Changing times

Change is the only constant.

I can see that now as I have more years behind me than in front of me.

It was probably difficult to emotionally conceptualise that truism when I was 18.

Today I transported the baby of the brood from the fine educational establishment that has nurtured her for the last six years.

Tonight there was a celebratory mass there which her atheist father happily attended.

The sagart has a career in stand-up comedy if he ever fancies a career move.

My little one sang at the Mass and yes she has the voice of an angel.

After the religiosity was out of the way she and her angelic choristers lost the school garb and the last, I saw them they were in the uniform of she-devils.

It’s party time tonight for them, and that’s probably a good idea because of what she is about to endure.

In a couple of weeks, she will be subjected to the cruel and unusable punishment in Ireland we call ‘The Leaving’.

Her aim is medicine in Galway or science at Trinity.

The latter being the degree that her brother has just completed.

A native of Donegal and a fluent Irish speaker she constantly chides her father for his idiosyncratic mishmash of Connaught Gaeilge and Jailtacht Irish.

I’m forever being reminded that the phrases that I form in my head, although grammatically correct, are rarely found in An Caighdeán.

I explain to her that when I was around her age I started hanging about with a really good crowd.

She also has a barbed comment or two about the fine Green and Red garment hanging in my wardrobe.

It is then that I remind my little bragging Donegalie that her grandfather hailed from Contae Mhaigh Eo!

In the end, it’s all the craic, but soon there will be another empty seomra here.

This past school year she has had the dad taxi to herself as Number One Daughter thrives in First Year in Dublin.

Transcripts of those conversations would attest that she is a teenage polymath.

Tomorrow she is a citizen of this republic with an equal voice to the rest of us when I’ll drive her to the polling station.

I cannot envisage any route to emancipation and equality that does not involve education.

That is true for the working class, for women, indeed for any disadvantaged group.

My three Millennials are digital natives, and they have a grasp on the issues facing this planet that I did not have before I was forty.

They attended a stunningly good Irish medium school, with wonderfully committed teachers.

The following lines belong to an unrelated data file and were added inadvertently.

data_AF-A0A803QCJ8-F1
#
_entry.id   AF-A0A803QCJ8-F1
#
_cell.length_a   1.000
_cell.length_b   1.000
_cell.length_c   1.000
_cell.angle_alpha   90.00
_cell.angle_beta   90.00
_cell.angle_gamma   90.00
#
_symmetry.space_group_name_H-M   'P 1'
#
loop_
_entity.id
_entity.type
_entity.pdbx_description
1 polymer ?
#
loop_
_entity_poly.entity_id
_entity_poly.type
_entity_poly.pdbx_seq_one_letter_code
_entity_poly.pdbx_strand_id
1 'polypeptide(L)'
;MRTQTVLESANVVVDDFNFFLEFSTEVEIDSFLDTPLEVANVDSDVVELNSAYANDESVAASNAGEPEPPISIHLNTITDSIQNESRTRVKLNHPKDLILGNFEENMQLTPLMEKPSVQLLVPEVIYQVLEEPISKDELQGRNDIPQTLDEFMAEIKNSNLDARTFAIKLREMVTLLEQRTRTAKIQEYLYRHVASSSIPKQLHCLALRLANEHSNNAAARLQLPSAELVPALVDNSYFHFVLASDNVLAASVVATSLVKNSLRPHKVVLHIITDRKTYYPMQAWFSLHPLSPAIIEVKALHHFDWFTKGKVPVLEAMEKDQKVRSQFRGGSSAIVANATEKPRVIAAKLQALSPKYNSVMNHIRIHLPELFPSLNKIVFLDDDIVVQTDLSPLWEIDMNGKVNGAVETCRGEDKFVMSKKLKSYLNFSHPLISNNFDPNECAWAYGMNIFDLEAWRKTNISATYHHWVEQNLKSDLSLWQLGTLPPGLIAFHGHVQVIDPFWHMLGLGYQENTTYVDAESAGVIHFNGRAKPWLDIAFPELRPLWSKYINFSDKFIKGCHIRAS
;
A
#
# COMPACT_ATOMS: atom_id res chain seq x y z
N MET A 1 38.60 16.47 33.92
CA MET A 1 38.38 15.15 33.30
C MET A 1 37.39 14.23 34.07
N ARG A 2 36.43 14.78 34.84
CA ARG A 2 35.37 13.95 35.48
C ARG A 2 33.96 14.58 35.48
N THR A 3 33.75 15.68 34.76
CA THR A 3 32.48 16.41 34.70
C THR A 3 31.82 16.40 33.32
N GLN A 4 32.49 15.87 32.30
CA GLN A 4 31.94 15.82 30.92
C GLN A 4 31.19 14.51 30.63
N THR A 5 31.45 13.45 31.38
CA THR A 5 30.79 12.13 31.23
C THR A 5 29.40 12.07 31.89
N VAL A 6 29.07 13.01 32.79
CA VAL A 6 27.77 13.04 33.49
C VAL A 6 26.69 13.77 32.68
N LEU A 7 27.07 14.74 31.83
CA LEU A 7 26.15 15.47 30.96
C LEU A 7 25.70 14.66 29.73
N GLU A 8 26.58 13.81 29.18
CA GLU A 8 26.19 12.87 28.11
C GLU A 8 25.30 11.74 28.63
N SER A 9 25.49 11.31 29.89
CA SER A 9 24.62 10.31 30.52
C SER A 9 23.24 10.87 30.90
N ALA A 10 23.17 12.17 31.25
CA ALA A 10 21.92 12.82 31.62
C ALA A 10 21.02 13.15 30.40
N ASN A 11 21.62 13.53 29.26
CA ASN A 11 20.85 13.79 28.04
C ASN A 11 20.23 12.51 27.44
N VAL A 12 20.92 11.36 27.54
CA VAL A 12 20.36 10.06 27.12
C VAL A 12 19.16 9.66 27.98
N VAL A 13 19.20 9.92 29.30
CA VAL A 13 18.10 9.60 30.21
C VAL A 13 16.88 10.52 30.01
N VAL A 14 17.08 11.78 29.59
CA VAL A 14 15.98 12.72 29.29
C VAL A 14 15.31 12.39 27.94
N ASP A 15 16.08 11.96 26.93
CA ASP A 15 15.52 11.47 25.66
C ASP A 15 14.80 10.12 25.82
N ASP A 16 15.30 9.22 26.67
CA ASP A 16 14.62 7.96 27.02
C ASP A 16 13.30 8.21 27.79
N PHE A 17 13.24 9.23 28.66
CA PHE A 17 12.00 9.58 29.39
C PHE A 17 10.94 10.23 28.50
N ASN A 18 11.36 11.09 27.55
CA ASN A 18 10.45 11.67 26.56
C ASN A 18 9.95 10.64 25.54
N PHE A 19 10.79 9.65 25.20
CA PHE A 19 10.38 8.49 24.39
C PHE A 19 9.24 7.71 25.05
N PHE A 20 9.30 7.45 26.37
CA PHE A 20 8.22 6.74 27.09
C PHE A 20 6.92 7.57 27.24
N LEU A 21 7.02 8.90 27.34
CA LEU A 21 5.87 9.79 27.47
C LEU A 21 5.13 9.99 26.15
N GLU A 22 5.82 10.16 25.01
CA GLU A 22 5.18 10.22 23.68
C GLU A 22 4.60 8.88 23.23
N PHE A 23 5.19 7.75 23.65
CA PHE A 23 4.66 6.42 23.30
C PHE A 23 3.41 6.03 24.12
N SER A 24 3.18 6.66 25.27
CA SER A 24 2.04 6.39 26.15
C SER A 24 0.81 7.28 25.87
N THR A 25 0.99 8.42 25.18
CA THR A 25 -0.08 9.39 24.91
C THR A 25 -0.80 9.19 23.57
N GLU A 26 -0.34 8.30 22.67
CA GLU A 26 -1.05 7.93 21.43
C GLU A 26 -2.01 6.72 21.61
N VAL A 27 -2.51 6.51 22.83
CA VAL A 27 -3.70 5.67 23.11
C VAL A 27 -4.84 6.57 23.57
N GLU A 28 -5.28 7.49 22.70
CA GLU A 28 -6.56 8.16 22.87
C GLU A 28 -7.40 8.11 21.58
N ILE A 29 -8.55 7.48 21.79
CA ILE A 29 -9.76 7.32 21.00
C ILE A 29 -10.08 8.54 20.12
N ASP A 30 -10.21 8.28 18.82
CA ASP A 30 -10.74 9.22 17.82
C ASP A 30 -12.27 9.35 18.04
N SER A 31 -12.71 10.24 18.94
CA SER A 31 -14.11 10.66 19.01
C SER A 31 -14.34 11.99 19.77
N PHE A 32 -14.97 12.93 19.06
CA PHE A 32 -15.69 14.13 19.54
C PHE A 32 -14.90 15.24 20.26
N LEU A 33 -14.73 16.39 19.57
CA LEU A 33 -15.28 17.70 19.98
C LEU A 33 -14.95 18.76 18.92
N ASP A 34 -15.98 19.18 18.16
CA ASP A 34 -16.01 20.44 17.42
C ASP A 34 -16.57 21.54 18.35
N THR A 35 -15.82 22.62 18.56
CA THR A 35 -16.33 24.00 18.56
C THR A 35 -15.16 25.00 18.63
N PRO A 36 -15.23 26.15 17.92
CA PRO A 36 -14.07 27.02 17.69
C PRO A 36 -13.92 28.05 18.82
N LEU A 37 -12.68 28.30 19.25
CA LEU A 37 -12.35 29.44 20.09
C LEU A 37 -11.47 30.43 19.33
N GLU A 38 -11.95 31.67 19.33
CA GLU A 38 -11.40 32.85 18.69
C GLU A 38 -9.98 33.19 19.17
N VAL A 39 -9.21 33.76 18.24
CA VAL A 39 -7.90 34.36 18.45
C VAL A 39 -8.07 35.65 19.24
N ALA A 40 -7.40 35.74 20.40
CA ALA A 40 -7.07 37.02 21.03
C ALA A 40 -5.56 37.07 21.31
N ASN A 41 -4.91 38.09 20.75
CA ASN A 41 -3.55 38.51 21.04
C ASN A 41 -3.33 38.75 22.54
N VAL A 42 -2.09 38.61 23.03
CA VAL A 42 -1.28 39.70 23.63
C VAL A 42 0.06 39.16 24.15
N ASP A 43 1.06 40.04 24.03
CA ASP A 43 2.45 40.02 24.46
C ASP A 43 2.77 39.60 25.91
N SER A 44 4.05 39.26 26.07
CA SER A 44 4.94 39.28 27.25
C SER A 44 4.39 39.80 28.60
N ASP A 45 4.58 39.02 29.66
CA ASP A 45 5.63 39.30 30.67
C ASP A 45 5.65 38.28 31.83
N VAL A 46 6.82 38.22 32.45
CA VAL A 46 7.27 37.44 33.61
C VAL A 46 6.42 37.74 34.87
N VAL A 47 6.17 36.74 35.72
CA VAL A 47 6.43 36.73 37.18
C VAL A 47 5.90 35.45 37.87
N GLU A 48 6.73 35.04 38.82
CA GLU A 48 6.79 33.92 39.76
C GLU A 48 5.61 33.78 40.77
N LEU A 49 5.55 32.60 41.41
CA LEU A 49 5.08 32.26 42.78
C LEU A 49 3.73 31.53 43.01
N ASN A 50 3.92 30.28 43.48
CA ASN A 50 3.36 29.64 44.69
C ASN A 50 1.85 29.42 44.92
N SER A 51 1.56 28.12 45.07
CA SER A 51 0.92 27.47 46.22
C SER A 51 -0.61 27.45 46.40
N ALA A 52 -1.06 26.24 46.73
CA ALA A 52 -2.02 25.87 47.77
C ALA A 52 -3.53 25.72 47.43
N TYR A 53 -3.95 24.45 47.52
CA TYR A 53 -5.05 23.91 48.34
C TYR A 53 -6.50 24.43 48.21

However, they’re also self-taught with the oul fella sometimes acting as a facilitator.

Ideas would be thrown across the dinner table from the anecdote hard drive in the corner they call ‘dad’.

They would often then come back with what they had found out for themselves.

The Big Trinity Fella has finished with his alma mater on College Green and now he is awaiting his results before he steps off into the world.

I suppose he is now Ex-Big Trinity Fella, but I’m not sure about having ‘EBT’ in a loving acronym for my son.

It takes a village to raise a child, and he, in particular, was nurtured by his dad’s created environment.

We had the craic from European nights at Celtic Park to Republican commemorations to mountain rescue operations.

Sitting on my lap in a one-ton land rover was big magic for his eight-year-old imagination.

The girls passed on the offer to participate in that stuff as they preferred indoor play in those years.

However, since BTF has been out there at ‘Trinners’ my two girls have quietly reminded me what amazing daughters I have.

When Number One Daughter was about nine or ten she went through a bolshie phase that had its own marketing slogan:

“I’m a mature person, I have an opinion!”

It was, of course, an unanswerable retort from a belligerent in a Gaelscoil pinafore dress and that memory still makes me smile.

I think women have a better handle on how children change and evolve because they nurture another life inside them for nine months.

Daddy is merely an implicated bystander in the process.

The walls of this study are adorned with pictures of three wee people who are now assured young adults, and that now seems significant.

The Bean a tí and myself still have a demanding toddler in Madam Rusty, and it is truly all about her.

However, there will be no school run tomorrow and I’m not sure how I feel about that.

Discover Phil’s dramatic play Rebellion